Students will be able to use this knowledge to: Explain how changes in the level of competition in different markets can affect them.
Fast-food restaurants that set prices too high, or give slow, unfriendly service, risk losing customers to competing restaurants that offer lower prices, higher-quality products, and better service. In this way, competition benefits consumers. Understanding the benefits of competition and the costs of limiting competition helps students evaluate public policies that affect the level of competition in various markets. It also helps students understand their own roles as producers and consumers in a market economy in terms of opportunities to compete with others and in terms of the limits that competition places on their incomes, career plans, and what they can buy and consume.
Competition improves productivity by forcing all suppliers to "be the best that they can be." Productivity improvements, in turn, foster economic growth, and a better quality of life for current and future generations. It is important for students to recognize that competition contributes in a positive way to economic growth and the quality of life.
You can find additional online lessons on US Standard 9 from the Council for Economic Education Website.
Students will be able to use this knowledge to: Predict future earnings based on their current plans for education, training, and career options.
In a market economy, wages and salaries the prices of labor services are determined just as other prices are, by the interaction of buyers and sellers. The buyers of labor services are employers. They are willing to pay higher wages and salaries to those employees who can produce more or better goods or services in a given amount of time. Students who understand this will appreciate the value of the skills they can acquire by completing high school, and perhaps college or a vocational training program.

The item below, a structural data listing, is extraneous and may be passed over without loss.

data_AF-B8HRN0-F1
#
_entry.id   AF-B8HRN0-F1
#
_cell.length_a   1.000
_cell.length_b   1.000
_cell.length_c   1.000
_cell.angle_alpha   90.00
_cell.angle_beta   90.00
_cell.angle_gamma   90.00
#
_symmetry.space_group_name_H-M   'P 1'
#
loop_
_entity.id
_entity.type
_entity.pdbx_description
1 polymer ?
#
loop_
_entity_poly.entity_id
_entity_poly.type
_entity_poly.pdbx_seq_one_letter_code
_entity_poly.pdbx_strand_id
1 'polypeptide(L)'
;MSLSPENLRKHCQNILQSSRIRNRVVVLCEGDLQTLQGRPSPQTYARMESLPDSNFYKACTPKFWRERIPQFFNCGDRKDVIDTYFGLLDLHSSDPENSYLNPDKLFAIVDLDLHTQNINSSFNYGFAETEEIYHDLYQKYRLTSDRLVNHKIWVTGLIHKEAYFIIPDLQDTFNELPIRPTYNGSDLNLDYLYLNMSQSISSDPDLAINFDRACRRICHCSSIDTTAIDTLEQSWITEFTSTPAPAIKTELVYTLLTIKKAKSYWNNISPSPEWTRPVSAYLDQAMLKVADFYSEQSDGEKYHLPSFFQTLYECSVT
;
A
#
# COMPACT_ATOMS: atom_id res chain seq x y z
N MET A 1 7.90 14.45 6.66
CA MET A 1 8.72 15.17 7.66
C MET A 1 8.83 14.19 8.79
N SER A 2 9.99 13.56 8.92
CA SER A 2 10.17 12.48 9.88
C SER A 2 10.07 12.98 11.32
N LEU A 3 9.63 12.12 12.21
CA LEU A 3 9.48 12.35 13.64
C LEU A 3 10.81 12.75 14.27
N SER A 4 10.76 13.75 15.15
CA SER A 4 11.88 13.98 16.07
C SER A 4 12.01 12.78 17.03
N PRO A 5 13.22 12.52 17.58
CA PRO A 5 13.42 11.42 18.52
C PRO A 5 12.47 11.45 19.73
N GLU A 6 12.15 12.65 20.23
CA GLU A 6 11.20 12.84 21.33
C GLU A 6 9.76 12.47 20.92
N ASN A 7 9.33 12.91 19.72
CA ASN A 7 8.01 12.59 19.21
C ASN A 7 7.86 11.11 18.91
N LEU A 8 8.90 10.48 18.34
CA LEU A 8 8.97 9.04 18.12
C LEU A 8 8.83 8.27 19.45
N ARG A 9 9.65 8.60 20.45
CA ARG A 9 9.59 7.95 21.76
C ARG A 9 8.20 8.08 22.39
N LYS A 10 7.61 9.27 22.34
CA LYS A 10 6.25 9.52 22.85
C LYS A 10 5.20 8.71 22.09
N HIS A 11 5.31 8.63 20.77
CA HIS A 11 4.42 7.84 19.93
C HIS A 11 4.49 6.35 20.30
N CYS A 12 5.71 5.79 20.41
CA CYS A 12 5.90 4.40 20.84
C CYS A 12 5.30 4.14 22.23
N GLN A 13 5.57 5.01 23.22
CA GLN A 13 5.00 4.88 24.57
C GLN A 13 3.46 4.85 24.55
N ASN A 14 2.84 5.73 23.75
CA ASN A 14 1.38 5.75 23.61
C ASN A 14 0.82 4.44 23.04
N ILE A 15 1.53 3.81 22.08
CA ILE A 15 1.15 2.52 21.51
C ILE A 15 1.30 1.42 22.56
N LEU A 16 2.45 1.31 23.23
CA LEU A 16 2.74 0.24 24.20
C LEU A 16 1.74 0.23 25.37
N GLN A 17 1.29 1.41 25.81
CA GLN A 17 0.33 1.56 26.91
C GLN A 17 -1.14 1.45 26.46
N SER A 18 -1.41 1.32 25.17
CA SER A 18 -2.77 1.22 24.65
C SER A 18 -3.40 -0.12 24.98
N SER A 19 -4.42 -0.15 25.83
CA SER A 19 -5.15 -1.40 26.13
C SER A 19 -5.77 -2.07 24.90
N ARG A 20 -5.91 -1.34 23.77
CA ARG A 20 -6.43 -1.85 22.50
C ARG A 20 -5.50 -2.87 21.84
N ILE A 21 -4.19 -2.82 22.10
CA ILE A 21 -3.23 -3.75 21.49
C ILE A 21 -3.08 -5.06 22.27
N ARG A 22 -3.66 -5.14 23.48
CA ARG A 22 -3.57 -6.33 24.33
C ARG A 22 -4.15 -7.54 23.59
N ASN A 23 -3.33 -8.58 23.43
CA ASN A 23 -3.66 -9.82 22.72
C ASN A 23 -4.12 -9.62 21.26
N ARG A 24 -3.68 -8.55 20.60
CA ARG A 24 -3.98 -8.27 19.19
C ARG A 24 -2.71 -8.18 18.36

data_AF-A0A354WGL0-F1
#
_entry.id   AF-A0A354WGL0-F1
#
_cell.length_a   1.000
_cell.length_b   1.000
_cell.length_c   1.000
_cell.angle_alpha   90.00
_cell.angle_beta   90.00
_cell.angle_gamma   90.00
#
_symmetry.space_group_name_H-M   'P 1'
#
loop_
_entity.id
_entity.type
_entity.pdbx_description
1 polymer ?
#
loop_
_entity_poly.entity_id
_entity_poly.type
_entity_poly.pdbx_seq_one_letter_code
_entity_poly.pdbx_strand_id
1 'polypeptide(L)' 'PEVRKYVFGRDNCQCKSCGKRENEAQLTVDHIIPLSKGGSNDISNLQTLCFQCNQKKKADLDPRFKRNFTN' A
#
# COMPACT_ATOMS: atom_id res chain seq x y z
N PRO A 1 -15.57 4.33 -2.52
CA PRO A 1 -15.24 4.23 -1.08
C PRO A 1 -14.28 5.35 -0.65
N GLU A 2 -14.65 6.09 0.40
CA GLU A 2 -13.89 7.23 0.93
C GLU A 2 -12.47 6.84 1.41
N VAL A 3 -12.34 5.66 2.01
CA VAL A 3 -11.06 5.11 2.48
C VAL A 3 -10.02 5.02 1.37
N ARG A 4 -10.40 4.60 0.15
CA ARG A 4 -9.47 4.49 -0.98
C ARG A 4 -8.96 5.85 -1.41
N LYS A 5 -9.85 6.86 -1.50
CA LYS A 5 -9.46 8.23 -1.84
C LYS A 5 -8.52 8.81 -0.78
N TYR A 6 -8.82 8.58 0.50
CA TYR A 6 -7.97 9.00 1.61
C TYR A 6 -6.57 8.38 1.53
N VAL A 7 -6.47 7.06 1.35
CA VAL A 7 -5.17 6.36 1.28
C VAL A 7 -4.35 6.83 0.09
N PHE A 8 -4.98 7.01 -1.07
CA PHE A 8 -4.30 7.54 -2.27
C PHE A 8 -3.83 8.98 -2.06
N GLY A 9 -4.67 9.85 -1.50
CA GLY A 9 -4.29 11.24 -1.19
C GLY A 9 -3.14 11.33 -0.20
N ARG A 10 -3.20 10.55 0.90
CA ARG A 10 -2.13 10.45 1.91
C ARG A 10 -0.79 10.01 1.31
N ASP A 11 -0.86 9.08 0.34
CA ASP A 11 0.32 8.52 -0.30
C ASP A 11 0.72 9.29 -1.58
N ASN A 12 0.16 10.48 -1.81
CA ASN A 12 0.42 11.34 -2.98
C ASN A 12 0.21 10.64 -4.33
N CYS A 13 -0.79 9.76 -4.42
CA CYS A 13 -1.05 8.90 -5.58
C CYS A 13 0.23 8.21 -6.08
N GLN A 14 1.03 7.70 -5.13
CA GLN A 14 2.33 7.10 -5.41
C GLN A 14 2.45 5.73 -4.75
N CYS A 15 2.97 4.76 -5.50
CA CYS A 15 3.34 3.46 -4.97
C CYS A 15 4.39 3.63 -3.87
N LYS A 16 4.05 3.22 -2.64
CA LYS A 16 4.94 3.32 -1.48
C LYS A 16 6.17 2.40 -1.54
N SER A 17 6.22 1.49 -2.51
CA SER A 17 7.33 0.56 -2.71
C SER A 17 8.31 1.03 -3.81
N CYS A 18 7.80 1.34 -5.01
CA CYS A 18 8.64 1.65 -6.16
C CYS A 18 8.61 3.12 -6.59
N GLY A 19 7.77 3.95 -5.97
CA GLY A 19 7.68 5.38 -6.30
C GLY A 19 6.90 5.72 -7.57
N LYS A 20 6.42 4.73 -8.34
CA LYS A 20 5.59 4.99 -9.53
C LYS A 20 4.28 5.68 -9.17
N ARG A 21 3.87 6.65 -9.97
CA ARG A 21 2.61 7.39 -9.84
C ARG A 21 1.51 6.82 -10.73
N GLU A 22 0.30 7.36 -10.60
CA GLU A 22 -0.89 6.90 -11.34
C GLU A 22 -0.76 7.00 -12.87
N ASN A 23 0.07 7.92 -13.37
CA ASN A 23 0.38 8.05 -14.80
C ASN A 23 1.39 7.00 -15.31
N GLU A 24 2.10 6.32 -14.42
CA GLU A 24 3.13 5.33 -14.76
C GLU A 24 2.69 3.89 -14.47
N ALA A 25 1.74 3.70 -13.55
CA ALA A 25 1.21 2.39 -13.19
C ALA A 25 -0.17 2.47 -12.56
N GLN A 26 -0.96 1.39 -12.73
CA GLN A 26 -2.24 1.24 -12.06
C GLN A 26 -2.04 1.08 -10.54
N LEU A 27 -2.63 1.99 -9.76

Understanding the forces affecting wages and other sources of income will be increasingly important in the future, when workers may change employers and careers more often than in the past. Regardless of the occupations or industries in which today's students eventually work, they are likely to find that they will have to continue their education and training to maintain or increase their earnings.
You can find additional online lessons on US Standard 13 from the Council for Economic Education Website.
Students will be able to use this knowledge to: Interpret media reports about current economic conditions and explain how these conditions can influence decisions made by consumers, producers, and government policy makers.
Changes in national levels of spending, production, and income can seem rather abstract and remote to students, because individuals can do little or nothing to change overall levels of economic activity. However, these activity levels can have a profound effect on students' future welfare, their job opportunities, the level of their prospective earnings, and the prices they will pay for things they buy. It is important, therefore, for students to understand possible causes of changes in these levels and how such changes can produce problems (such as unemployment and inflation) or opportunities (such as increased employment). Understanding these macroeconomic forces equips students to anticipate and respond intelligently to economic developments. It also enables students to predict the economic consequences of proposed government policies and to make informed choices among alternative public policy proposals.
You can find additional online lessons on US Standard 18 from the Council for Economic Education Website.